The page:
By Oluwatosin Adeniran
Worried by the deficient capacities of indigenous airline operators, the Federal Government has hinted it was developing a new business model that would make Nigeria’s aviation industry self sufficient.
The Minister of State for Aviation, Hadi Sirika, who dropped this hint recently, said that the Federal Government was currently establishing a business model that will make the industry self-sustaining through Public Private Partnership (PPP) programmes.
Sirika who made the disclosure recently at the 4th Aviation Stakeholders’ Forum in Abuja, said the vision of the government was to develop an industry in such a way that it runs transparently and efficiently.
He added that the government was determined to provide all aircraft maintenance needs of the country, thereby reducing the multi-billion naira capital flight incured annually.
Sirika also assured that government would ensure optimum utilisation of its numerous Bilateral Air Services Agreements (BASA) and Multilateral Air Services Agreement (MASA) to the advantage of indigenous airlines.
“We also hope to build an industry with improved infrastructure and quality service delivery to maximise the contribution of the sector to the socio-economic development of the Nigerian economy through increased trade and in-flow of Foreign Direct Investments (FDIs) with resultant job creation opportunities.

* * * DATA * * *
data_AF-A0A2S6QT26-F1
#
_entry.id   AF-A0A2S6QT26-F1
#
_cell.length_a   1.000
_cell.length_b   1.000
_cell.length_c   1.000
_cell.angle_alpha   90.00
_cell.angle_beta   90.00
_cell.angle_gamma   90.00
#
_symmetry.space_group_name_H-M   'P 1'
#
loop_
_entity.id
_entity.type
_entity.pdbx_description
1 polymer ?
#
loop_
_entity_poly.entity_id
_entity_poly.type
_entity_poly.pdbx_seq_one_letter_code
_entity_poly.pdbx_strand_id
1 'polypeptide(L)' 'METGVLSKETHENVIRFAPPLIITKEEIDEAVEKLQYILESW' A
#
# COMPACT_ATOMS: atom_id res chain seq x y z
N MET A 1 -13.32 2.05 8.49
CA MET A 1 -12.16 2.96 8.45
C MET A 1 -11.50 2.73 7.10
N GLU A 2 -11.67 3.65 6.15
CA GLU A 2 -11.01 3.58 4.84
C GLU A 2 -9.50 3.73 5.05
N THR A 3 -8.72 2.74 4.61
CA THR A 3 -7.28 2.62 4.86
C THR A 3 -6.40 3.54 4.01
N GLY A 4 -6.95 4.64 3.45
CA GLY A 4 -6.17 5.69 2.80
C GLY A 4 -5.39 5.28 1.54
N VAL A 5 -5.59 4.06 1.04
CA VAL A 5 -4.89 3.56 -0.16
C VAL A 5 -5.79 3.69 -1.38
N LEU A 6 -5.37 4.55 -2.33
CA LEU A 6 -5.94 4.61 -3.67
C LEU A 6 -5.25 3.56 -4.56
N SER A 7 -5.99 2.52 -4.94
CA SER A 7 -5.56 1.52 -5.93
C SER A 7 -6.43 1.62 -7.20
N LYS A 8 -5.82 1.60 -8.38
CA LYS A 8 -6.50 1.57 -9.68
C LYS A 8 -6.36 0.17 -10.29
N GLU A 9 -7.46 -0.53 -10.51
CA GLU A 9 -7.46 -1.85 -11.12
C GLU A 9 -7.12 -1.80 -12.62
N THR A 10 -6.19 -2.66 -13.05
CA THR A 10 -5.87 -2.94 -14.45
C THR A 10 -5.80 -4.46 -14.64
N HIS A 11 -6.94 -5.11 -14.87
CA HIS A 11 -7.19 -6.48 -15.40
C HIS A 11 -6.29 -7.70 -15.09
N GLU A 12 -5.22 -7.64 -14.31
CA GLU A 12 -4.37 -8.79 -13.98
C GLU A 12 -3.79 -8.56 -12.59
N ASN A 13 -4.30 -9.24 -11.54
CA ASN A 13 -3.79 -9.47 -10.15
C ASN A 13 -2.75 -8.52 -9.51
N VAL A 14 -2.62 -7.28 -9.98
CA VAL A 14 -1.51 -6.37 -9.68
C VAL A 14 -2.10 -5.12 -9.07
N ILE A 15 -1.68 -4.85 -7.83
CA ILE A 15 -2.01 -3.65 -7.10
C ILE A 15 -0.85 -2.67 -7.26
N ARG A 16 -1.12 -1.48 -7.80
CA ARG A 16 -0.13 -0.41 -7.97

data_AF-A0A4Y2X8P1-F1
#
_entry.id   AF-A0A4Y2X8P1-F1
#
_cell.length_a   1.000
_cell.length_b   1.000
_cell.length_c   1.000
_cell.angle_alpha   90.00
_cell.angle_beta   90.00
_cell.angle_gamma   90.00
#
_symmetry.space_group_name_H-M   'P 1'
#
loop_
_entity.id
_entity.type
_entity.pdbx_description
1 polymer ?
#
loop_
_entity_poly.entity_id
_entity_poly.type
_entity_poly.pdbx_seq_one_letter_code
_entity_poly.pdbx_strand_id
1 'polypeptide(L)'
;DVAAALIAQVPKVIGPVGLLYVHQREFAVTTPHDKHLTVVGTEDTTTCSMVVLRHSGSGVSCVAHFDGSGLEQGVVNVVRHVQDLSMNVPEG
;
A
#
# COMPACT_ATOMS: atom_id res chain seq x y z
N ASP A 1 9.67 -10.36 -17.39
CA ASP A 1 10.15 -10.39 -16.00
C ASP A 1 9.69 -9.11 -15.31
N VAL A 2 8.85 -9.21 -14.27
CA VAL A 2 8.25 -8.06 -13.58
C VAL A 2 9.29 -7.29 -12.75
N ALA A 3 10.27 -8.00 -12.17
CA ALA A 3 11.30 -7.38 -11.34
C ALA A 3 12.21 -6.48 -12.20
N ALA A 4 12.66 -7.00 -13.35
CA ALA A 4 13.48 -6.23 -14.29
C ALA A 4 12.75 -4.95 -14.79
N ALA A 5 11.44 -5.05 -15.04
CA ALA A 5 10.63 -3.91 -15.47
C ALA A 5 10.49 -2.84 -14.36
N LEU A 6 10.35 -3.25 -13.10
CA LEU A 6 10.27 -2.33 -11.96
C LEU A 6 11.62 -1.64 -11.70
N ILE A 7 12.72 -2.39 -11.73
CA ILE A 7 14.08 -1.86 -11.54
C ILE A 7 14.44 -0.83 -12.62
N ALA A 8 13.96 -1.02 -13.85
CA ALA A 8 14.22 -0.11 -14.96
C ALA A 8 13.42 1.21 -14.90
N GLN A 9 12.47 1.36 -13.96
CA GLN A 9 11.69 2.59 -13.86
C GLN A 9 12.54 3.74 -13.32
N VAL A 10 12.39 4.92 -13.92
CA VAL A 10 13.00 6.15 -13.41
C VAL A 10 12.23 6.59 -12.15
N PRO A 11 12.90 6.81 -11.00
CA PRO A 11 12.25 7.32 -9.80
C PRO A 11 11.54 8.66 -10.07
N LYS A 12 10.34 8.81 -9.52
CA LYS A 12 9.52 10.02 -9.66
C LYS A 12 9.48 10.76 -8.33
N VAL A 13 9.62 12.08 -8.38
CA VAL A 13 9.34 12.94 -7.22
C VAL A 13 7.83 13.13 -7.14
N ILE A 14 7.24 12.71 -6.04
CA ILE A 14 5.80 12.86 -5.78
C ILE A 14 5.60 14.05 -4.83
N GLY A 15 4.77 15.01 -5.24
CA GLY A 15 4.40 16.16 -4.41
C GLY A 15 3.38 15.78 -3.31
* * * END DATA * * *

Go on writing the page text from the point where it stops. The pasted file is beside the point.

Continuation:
“The Federal Ministry of Transport (FMoT) remains committed to making air transportation the preferred and safest means of travelling by developing a hub to take full advantage of our potential,” he explained.
Sirika added that the government was poised to build requisite capacity and manpower especially aviation business managers and scientists to engage in research and development.
He also disclosed that the Nnamdi Azikiwe International Airport would not be concessioned until after the construction of the second runway.
According to the Minister, the second runway became very necessary following the growing traffic in the place, even as he assured that aircraft would be on ground 20-30 minutes awaiting the take off or land clearance, describing the development as unpalatable for operators.
He said, “the initial plan of the government was to concession the airport while whoever won the concession bid would construct the second runway…”